It is unlawful to sell, trade, barter, lease, rent, give away or display for a commercial purpose any animal on any roadside, public right-of-way, commercial parking lot, or at any flea market or festival. A seller's permit and proper zoning requirements must be met before selling animals.

Does the new law regulate the number of pets I can own?
There is no limit to the number of dogs, cats or ferrets that a person can have in their home, but the animals must be properly cared for as per the local Standards for Animal Care.

EDUCATION & ENFORCEMENT CAMPAIGN:

What is Canvassing?
What is Canvassing?When visiting your neighborhood, Animal Control Officers will go to your door and ask to see your pet registration and vaccination documentation to check for compliance. They will also provide information and educational materials.
Canvassing increases the number of pets vaccinated against rabies.

OTHER IMPORTANT CHANGES:

Are wolves and wolf-hybrids allowed?
The new law no longer allows wolves or wolf-hybrids in the city limits due to no approved rabies vaccine per the Centers for Disease Control and USDA (places the public at risk).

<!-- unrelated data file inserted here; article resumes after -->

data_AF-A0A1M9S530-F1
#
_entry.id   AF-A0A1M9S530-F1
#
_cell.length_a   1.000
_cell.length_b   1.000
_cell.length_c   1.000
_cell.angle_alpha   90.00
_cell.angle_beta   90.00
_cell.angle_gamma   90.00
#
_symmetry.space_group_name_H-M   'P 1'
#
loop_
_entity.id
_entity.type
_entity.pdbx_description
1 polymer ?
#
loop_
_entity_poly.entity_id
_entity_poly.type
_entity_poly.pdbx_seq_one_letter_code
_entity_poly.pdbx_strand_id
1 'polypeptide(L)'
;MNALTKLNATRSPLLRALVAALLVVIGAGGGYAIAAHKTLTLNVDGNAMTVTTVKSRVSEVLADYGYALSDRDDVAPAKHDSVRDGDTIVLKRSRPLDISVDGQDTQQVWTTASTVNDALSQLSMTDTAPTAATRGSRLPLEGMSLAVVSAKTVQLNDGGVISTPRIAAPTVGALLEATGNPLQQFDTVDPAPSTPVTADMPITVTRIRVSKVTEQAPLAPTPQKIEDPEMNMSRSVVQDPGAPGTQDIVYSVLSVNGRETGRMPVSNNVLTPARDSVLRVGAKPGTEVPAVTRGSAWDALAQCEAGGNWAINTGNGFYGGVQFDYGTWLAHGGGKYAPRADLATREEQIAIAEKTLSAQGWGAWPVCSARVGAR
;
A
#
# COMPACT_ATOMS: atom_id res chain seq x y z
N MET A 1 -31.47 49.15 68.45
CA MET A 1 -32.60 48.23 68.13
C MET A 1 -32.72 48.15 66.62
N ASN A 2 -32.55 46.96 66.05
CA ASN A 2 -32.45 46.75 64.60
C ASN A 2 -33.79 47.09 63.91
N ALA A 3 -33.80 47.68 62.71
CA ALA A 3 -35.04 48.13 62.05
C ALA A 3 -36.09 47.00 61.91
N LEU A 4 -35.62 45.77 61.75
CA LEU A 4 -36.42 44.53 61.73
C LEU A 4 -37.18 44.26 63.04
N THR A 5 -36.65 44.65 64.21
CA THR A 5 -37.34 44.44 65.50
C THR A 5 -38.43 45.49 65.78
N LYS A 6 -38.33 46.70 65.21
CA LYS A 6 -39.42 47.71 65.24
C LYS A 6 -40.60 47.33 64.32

What about rabbits and fowl?
A special permit is now required if you have more than 6 rabbits and fowl at any one residence.

What are the new pet care standards?
The revised ordinance includes new pet care standards intended to improve the life of our animals:

STANDARDS FOR ANIMAL CARE:

Every person within the City of El Paso who owns any animal, or who owns, conducts, manages or operates any animal establishment must comply with the following:
  • Shelter and shade for animals must be provided.
  • No animal shall be neglected.
  • All animals shall be supplied with sufficient good and wholesome food and clean water.
  • All animals and all animal buildings or enclosures shall be maintained in a clean, safe and sanitary condition.
  • The use of any restraint device that is, or could be, injurious or cause unnecessary cruelty to any animal is prohibited. Chaining is not recommended.
STANDARDS FOR ANIMAL CARE


All in all, the quality of life for not only people but also for pets, as we know it today, will soon begin improving with the implementation of the new ordinance changes. Help us make El Paso one of the most responsible communities for our pets. For the complete ordinance, please refer to our website at http://www.elpasocitycountyhealth.com. For more information, call El Paso City-County Health and Environmental District Animal Control at 842-1000.